7. Be who you are.

Being independent means being who and what you are, not someone else’s version of what you should be. If your partner insists you change your hairstyle, wardrobe or friends and interests to better suit their vision of who you are, something clearly is amiss. In the same way, love your partner for all they are and not in spite of it. No two people are the same, and trying to force someone into a narrow mold is unfair to both sides in the relationship. Be willing to stand up for yourself when necessary, and never be afraid to ask “Why?” You cannot be yourself and someone else’s version of yourself at the same time. As Shakespeare put it: “This above all: To thine own self be true; it then follows thou canst not be false to any man.”

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Last Updated on July 18, 2019

What Makes People Happy? 20 Secrets of “Always Happy” People

What Makes People Happy? 20 Secrets of “Always Happy” People

Some people just seem to float through life with a relentless sense of happiness – through the toughest of times, they’re unfazed and aloof, stopping to smell the roses and drinking out of a glass half full.

They may not have much to be happy about, but the simplicity behind that fact itself may make them happy.

It’s all a matter of perspective, conscious effort and self-awareness. Listed below are a number of reasons why some people are always happy.

1. They Manage Their Expectations

They’re not crushed when they don’t get what they want – or misled into expecting to get the most out of every situation. They approach every situation pragmatically, hoping for the best but being prepared for the worst.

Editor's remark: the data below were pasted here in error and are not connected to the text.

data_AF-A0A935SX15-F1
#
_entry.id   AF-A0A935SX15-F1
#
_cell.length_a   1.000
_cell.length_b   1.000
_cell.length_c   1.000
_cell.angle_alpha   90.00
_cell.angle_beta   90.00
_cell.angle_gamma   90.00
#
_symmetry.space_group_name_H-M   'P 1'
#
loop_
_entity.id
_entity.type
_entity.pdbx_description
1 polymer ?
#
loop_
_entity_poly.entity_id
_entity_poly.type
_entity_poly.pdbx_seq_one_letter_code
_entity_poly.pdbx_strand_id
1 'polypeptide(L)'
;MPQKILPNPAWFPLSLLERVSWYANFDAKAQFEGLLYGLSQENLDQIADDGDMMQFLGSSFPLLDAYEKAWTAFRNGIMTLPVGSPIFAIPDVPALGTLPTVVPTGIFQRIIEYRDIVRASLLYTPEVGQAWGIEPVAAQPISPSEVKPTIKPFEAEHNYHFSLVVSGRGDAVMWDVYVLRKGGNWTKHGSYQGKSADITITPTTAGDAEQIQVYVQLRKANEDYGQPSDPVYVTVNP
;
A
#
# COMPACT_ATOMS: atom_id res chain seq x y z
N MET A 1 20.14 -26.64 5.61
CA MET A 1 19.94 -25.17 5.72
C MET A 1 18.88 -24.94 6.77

2. They Don’t Set Unrealistic Standards

Similar to the last point, they don’t live their lives in a constant pursuit towards impossible visions of perfection, only to always find themselves falling short of what they want.

3. They Don’t Take Anything for Granted

Happiness rests with feeling fulfilled – those who fail to stop and appreciate what they have every now and again will never experience true fulfillment.

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4. They’re Not Materialistic

There are arguing viewpoints on whether or not money can really buy happiness; if it can, then we know from experience that we can never be satisfied because there will always be something newer or better that we want. Who has ever had enough money?

5. They Don’t Dwell

They don’t sweat the small things or waste time worrying about things that don’t really matter at the end of the day. They don’t let negative thoughts latch onto them and drain them or distract them. Life’s too short to worry.

6. They Care About Themselves First

They’re independent, care for themselves and understand that they must put their needs first in order to accommodate the needs of others.

They indulge, aim to get what they want, make time for themselves and are extremely self-reliant.

7. They Enjoy the Little Things

They stop to smell the roses. They’re accustomed to find serenity when it’s available, to welcome entertainment or a stimulating discussion with a stranger when it crosses their path. They don’t overlook the small things in life that can be just as important.

8. They Can Adapt

They’re not afraid of change and they work to make the most out of new circumstances, good or bad. They thrive under pressure, are not overwhelmed easily and always embrace a change of pace.

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9. They Experiment

They try new things, experience new flavors and never shy away from something they have yet to experience. They never order twice from the same menu.